Jon Fine had a long chat with WSJ editor Robert Thomson, and got some interesting statements out of him:
Also coming: extensive customizing tools for readers to find, through search, much more Dow Jones content. (In Thomson’s groan-worthy formulation, "In the contemporary age of content, the customizer is always right.")…
He also says "we’re not there" in terms of figuring out what should or shouldn’t be shortened. He cites Spanish dailies El País and El Mundo as favorites for their "hygienic" look–a description that cracked him up as soon as he voiced it–saying both "understood the relative weight of word and image."
I’m highly suspicious about this whole customization thing. It’s been tried before, many times; it’s never really worked, and it largely defeats what a great newspaper should be all about.
Is it the purpose of the WSJ to provide news to its readers? Maybe, kinda, on the most basic level. But in a world where news is increasingly commoditized, that’s not remotely enough. A newspaper takes the just-the-facts news and adds value in three main areas:
- It turns news into stories: well-written, well-edited, not-too-long pieces which provide perspective and context and a bit of analysis too.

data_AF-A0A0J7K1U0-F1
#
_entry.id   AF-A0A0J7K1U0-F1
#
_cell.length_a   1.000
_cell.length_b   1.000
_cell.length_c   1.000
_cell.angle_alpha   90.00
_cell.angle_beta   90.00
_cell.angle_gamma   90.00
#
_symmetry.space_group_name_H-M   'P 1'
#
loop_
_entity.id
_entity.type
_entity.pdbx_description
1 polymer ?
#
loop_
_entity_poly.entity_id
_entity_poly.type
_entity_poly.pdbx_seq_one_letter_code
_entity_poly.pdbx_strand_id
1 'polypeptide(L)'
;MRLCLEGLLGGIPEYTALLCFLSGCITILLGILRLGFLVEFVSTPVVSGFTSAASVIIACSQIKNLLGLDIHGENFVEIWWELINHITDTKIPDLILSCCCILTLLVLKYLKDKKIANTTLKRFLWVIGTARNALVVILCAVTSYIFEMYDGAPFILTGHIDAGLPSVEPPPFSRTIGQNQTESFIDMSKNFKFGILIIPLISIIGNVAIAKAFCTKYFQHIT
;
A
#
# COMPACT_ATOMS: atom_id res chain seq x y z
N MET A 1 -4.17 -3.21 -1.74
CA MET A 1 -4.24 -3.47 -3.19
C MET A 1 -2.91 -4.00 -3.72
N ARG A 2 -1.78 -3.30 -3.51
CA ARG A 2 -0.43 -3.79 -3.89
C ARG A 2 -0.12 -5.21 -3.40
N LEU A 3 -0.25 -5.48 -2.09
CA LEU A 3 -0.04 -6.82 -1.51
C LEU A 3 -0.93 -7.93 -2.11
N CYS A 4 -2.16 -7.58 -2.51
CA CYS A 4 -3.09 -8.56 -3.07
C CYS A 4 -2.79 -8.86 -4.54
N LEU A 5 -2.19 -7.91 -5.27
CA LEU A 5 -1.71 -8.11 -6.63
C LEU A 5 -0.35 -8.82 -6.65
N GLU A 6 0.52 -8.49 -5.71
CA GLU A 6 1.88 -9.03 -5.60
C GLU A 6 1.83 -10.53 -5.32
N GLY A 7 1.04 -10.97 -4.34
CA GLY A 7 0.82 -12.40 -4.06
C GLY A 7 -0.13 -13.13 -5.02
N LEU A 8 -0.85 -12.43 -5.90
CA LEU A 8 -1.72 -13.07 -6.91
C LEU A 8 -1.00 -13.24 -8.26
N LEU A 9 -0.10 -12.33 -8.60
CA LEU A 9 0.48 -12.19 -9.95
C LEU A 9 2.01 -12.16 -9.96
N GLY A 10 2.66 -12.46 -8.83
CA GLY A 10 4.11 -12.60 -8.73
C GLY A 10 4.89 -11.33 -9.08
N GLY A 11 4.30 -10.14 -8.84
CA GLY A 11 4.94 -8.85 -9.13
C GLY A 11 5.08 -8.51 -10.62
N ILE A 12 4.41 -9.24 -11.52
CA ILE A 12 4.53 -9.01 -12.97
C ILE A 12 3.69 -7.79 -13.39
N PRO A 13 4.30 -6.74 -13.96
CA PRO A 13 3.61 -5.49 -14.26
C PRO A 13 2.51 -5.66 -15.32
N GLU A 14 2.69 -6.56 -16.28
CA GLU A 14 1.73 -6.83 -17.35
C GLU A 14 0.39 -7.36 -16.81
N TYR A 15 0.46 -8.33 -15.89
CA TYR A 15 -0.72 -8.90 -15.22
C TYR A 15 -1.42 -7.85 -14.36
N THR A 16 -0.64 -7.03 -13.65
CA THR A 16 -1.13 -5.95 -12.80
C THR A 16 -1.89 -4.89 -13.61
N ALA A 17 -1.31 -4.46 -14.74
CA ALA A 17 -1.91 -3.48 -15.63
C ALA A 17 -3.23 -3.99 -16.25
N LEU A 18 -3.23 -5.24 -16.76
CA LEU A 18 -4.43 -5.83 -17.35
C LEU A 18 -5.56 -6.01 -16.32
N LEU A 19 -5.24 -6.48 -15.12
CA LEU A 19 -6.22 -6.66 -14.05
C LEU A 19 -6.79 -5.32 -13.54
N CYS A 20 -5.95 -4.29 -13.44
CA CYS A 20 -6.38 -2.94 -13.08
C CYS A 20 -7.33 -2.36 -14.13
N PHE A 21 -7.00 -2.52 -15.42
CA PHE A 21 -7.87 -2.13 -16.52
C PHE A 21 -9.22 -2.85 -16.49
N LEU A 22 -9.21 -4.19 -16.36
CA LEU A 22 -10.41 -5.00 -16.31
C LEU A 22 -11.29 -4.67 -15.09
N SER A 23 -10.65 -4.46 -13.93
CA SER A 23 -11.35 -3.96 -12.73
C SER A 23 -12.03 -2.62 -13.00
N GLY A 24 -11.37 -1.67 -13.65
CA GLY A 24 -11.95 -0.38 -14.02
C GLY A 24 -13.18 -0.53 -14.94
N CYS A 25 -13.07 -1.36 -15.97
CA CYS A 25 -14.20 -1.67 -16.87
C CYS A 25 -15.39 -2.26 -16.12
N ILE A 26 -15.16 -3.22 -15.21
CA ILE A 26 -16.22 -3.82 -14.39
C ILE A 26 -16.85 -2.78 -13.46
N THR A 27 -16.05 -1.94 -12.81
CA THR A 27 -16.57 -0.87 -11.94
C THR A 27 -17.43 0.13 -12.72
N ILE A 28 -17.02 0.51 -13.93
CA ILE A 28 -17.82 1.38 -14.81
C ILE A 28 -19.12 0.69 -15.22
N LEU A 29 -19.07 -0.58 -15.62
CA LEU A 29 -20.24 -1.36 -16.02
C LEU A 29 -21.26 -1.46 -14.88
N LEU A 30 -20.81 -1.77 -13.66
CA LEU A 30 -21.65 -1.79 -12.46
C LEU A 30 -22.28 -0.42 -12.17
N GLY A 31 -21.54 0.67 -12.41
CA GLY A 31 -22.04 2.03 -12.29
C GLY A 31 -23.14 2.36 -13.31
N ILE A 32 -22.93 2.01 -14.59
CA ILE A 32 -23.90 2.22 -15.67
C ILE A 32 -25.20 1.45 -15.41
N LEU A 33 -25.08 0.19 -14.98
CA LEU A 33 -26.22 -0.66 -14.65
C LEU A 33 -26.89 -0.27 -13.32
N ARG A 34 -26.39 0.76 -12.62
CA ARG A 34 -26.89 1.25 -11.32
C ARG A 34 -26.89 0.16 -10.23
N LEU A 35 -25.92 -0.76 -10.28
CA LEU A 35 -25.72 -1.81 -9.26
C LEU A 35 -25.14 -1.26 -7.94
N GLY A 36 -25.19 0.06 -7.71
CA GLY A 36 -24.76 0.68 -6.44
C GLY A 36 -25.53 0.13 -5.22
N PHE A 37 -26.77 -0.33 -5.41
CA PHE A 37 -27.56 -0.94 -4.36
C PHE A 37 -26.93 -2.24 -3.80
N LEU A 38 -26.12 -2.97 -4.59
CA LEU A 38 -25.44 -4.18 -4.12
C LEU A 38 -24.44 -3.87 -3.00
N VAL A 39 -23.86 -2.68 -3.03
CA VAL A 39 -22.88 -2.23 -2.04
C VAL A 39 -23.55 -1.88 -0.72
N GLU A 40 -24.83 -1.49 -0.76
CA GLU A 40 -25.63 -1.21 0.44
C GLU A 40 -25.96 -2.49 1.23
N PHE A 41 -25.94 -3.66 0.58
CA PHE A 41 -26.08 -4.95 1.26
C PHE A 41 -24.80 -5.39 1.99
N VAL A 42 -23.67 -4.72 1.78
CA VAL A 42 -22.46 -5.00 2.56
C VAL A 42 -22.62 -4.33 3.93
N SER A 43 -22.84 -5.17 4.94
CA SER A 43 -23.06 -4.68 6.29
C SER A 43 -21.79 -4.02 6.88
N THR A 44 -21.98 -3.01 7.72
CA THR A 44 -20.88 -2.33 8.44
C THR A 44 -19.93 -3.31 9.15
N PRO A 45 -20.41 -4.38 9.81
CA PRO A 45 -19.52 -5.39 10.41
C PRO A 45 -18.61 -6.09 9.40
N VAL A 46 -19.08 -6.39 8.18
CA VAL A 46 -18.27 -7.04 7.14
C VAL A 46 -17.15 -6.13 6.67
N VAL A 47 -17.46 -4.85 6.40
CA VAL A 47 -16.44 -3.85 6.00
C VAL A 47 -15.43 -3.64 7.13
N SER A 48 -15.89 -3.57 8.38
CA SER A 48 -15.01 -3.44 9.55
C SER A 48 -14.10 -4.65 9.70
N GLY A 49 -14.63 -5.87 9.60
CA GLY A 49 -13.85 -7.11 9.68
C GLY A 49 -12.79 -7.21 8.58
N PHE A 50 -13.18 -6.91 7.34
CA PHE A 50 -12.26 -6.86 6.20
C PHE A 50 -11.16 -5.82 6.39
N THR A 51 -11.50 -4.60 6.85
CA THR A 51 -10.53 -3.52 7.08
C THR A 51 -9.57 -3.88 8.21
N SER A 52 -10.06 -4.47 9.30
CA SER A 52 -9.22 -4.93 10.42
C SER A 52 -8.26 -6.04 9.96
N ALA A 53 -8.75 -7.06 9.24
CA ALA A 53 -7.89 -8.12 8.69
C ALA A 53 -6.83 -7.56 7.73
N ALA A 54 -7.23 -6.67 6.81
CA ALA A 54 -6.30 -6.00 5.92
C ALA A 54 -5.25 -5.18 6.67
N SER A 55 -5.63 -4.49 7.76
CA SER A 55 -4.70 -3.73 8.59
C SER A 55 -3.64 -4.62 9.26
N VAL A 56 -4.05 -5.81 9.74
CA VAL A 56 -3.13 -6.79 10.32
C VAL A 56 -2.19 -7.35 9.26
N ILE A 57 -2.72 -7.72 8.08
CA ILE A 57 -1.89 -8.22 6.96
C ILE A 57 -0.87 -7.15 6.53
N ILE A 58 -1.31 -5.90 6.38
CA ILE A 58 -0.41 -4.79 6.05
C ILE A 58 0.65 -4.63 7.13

- It takes those stories and prioritizes them: important stories get big headlines on the front page; less-important stories are relegated to the back. A newspaper provides a crucial editing-down function, providing a way of navigating the sea of news by pointing out the most significant landmarks.
- It takes those prioritized stories and turns them into a finely-honed object, a newspaper. That’s what Thomson is talking about when he praises the Spanish newspapers – they’re very good at intuitively guiding the reader around the universe of news, making full use of photography, illustration, typography, white space, and all the other tools at a newspaper designer’s disposal.
Historically, the WSJ has been good at the first, OK at the second, and dreadful at the third. Murdoch papers, by contrast, tend towards the opposite. But it’s hardly surprising that the WSJ is getting a long-overdue redesign, of both the physical paper and the website.
The problem arises when you try to add customization into the mix. Someone customizing their WSJ stories is left with nothing but #1: customization essentially emasculates the editors and designers – and as a result a customized newspaper adds much less value than an un-customized one. This is one reason why readers, given the choice, tend not to customize their news sites very much: not only is it unreliable and unpredictable and quite a lot of work, but it also means you lose a lot of the point of having a one-stop news shop in the first place.
There’s no mention in Fine’s piece of things like external links or embeddable content; we’ll see how many such forward-thinking ideas get incorporated into the wsj.com redesign when it launches. But if Thomson is really thinking along the lines of customization instead, I fear he’s barking up a fruitless tree.